Hirata buns or kimchi, anyone? New words connected with food.March 17, 2014
by Liz Walter
Once notorious for our diet of meat and two soggy veg, we in the UK are now happily tucking into sushi, dim sum, tacos and fajitas, chorizo, bruschetta, tagines, baklava, guacamole, felafels and houmous (over 30 million pots a year from one supermarket chain alone!).
All of this gives the lexicographer a bit of a headache. When do these foods become established enough to merit a place in the dictionary? After all, pretzels, ketchup and lasagne were considered ‘foreign’ once, but are now firmly part of the English language.
As part of our work, my colleague Kate Woodford and I collect new words as they come into English (many of which you can find on this website). We don’t try to predict whether or not they will catch on, but just record them for future research. So I decided to look back at food words we captured between 2005 and 2010 to see which of them have made it into general use.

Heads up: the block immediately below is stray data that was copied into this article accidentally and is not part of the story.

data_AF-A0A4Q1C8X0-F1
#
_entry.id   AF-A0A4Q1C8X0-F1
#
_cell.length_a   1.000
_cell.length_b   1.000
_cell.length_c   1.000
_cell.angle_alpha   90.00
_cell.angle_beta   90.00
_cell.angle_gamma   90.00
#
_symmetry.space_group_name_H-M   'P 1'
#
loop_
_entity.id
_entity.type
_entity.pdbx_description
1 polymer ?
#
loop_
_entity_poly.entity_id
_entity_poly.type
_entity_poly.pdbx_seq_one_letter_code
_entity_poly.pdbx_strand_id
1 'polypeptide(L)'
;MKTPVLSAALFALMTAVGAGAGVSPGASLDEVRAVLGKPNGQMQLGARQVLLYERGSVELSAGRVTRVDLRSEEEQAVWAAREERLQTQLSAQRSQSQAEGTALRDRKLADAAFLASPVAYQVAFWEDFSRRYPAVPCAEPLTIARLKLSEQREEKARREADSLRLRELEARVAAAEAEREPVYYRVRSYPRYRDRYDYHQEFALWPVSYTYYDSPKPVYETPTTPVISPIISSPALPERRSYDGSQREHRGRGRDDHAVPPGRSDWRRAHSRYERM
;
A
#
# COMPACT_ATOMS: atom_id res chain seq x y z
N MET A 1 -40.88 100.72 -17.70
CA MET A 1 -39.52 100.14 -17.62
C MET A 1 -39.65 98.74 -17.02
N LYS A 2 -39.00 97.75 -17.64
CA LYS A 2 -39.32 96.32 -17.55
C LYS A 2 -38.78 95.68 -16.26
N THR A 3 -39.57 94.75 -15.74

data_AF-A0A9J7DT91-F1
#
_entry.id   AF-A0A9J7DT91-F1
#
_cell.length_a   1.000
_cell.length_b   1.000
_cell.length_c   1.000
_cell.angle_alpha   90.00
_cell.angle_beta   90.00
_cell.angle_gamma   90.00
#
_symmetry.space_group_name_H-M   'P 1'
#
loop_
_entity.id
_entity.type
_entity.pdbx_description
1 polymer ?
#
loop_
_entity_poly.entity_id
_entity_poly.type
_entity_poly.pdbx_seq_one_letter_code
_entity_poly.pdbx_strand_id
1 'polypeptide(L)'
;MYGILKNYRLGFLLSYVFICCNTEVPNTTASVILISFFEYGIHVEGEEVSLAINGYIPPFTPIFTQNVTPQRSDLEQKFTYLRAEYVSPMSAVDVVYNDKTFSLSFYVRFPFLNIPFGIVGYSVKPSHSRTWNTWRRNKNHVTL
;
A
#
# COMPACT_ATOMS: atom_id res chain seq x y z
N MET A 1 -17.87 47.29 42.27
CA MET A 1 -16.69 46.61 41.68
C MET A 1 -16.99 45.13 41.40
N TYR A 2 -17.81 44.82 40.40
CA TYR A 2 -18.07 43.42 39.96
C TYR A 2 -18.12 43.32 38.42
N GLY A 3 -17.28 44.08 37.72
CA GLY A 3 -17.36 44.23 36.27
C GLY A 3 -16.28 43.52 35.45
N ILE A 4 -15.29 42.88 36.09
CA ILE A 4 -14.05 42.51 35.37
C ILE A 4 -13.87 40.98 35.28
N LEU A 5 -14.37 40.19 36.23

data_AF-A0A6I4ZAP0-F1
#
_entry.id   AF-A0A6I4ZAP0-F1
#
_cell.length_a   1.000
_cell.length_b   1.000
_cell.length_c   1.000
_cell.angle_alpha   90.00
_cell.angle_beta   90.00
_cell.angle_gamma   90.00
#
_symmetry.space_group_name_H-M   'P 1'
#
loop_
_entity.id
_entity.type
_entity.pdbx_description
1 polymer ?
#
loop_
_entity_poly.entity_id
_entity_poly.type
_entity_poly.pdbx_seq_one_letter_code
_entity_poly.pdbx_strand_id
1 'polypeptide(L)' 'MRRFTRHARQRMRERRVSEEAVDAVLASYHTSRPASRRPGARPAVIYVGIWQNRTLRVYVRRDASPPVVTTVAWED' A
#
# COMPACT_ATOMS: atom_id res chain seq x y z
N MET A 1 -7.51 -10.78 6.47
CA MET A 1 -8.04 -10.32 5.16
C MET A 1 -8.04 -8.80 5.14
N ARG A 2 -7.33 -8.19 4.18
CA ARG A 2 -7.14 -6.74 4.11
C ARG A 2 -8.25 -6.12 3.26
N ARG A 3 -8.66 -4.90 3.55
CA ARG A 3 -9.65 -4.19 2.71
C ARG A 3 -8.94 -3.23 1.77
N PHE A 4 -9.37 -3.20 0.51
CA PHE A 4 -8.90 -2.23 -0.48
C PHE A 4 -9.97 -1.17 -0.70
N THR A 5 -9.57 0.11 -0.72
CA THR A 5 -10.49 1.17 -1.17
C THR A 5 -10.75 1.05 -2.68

The main contenders all come from the realm of so-called health foods. Quinoa (pronounced keen-wah), is a gluten-free grain now widely available in the UK, and edamame beans are green, undried soya beans. Acai berries from the Andes have become fairly popular, and manuka honey, thought by some to have healing properties, is now to be found on supermarket shelves. Probiotics and prebiotics are also commonly consumed by those seeking better digestive health.
And what of current food trends? The US is usually ahead of the UK in this area, so the Taiwanese hirata buns (meat and pickles in steamed bread) that are just appearing in London are already popular there, as is kimchi, a Korean dish of fermented vegetables, for which Michelle Obama posted a recipe on Twitter last year. Stevia, a sugar substitute, is still not widely known in the UK, but played a clever and shocking role in the hit US series Breaking Bad.
Both sides of the Atlantic have succumbed to the recent craze for hybrid cakes, such as the Cronut (croissant/doughnut), the crookie (croissant/cookie), the duffin (doughnut/muffin), the muffle (muffin/waffle) and the townie (tart/brownie). Sharp-eyed readers will note the capital letter on ‘Cronut‘ that is the result of the rather depressing scramble for trademarks which accompanied these creations.
Globalization and easy travel are bringing ever more dishes onto our tables and into our language, but we still need French to wish one another bon appetit!